Why doesn't R packages get more Star on Github

packagemanagement
github

#1

R is one of the top 10 programming language in the world as explained in the graph. Yet somehow even the major packages of R don't get enough stars to justify it. I took some snapshots.






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These are some of the snapshots of some big names in R and I am not even talking about normal or unknown packages. Not getting enough stars and issues on GitHub might discourage people from pursuing further and it happens all the time in open source community when someone just quits a package maintenance or package development after some time because he feels like there isn't any need for it or so on....

Now all I want to know is your personal view on why does it happen and does it have any impact at all...... etc... etc...


#2

I'm not all that surprised that there aren't stars on Github R repositories. For comparison, let's look at a list of all repositories sorted by the number of stars:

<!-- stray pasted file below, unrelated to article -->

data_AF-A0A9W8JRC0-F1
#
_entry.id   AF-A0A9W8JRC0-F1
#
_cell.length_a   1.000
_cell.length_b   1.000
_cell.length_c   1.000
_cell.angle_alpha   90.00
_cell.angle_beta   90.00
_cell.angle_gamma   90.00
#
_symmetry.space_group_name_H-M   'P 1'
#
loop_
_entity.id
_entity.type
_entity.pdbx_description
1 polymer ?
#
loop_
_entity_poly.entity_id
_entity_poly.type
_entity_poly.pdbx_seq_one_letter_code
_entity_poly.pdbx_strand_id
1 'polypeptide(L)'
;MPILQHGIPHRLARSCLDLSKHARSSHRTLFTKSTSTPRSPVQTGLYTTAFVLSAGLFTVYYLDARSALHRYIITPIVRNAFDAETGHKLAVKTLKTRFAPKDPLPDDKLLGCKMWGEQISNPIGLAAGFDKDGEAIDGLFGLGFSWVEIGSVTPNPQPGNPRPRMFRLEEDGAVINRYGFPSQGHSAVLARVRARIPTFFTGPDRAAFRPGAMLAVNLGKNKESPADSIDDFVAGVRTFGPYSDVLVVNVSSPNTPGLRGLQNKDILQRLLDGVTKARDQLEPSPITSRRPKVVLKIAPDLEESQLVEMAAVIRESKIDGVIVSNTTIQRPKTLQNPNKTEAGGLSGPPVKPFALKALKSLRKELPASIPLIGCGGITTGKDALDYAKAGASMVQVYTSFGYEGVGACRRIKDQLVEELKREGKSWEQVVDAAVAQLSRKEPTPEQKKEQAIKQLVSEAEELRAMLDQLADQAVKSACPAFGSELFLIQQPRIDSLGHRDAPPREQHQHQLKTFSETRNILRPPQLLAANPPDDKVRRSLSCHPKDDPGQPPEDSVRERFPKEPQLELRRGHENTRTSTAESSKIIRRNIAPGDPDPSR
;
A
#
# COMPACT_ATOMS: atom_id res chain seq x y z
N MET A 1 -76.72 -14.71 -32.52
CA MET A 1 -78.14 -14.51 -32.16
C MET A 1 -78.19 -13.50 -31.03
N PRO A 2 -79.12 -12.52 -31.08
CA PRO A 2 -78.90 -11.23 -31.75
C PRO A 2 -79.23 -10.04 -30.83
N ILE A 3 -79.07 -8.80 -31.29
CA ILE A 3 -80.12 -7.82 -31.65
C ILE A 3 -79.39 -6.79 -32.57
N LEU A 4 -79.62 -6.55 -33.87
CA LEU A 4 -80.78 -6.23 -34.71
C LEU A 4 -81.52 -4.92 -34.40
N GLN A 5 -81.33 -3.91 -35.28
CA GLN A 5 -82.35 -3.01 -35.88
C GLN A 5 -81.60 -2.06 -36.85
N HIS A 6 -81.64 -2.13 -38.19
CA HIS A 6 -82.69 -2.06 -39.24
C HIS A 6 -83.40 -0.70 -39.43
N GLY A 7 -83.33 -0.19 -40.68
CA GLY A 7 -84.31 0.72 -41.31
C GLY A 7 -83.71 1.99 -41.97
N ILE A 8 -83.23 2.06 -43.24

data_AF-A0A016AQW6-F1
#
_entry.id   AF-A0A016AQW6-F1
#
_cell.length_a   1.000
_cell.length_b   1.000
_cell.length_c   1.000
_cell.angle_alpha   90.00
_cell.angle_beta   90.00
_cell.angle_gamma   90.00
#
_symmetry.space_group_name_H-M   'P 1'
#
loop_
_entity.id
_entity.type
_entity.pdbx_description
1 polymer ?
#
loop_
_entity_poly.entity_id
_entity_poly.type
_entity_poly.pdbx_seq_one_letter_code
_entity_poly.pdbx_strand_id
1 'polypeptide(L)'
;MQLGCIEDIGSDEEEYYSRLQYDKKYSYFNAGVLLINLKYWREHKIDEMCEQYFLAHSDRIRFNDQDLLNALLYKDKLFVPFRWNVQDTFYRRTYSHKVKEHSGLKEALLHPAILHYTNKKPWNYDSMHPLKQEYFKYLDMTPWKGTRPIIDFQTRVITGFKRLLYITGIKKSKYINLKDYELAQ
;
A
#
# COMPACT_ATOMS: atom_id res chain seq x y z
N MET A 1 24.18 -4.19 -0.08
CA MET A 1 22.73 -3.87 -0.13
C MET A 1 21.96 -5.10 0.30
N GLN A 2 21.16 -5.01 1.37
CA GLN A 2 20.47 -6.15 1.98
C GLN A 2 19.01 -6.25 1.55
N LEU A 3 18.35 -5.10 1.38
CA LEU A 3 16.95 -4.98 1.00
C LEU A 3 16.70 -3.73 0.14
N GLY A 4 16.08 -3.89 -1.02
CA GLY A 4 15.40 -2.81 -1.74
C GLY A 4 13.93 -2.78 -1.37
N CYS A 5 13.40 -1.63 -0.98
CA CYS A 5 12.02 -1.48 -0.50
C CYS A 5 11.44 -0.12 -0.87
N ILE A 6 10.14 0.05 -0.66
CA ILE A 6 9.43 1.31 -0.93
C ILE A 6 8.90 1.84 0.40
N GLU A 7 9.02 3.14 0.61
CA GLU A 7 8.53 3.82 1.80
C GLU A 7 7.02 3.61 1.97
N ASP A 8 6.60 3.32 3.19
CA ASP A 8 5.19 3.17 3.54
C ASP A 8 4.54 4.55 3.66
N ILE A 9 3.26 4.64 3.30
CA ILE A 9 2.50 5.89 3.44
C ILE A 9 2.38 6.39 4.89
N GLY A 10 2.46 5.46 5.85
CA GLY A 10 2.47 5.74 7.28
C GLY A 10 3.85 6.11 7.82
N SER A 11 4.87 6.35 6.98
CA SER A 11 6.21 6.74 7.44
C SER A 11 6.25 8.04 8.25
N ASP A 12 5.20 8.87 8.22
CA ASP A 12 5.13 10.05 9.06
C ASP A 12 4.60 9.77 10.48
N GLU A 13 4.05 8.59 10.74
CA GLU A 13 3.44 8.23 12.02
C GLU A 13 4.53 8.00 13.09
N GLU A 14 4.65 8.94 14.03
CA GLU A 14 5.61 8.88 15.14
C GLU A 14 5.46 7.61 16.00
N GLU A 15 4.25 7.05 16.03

That shows FreeCodeCamp at number one with 292,000 stars. Bootstrap is a distant second with only 126,000 stars. These are repositories aimed at a much broader audience than R is.

Let's also consider that R is a pretty niche piece of software. It may be widely used, but it's used for a specific purpose, whereas a lot of other languages have a more general purpose use. As a corollary, I would imagine that vast majority of R users are not doing a lot of package development. I'd say the typical R user is generally using packages and not spending a lot of time tracking down why things do (or don't) work. Consequently, the audience of R users with an interest in the details of R development is pretty small. I wouldn't expect to see 100,000 stars on package repositories.


#3

Also of interest, according to this listing, R accounts for 0.2% of the repositories on GitHub, ranked as the 27th most popular language.

https://madnight.github.io/githut/#/pull_requests/2018/1

If the user base is proportional, you'd expect the top R repository to have about 584 stars. Most of the repositories you highlight have more than this. So it seems R is doing pretty well.


#4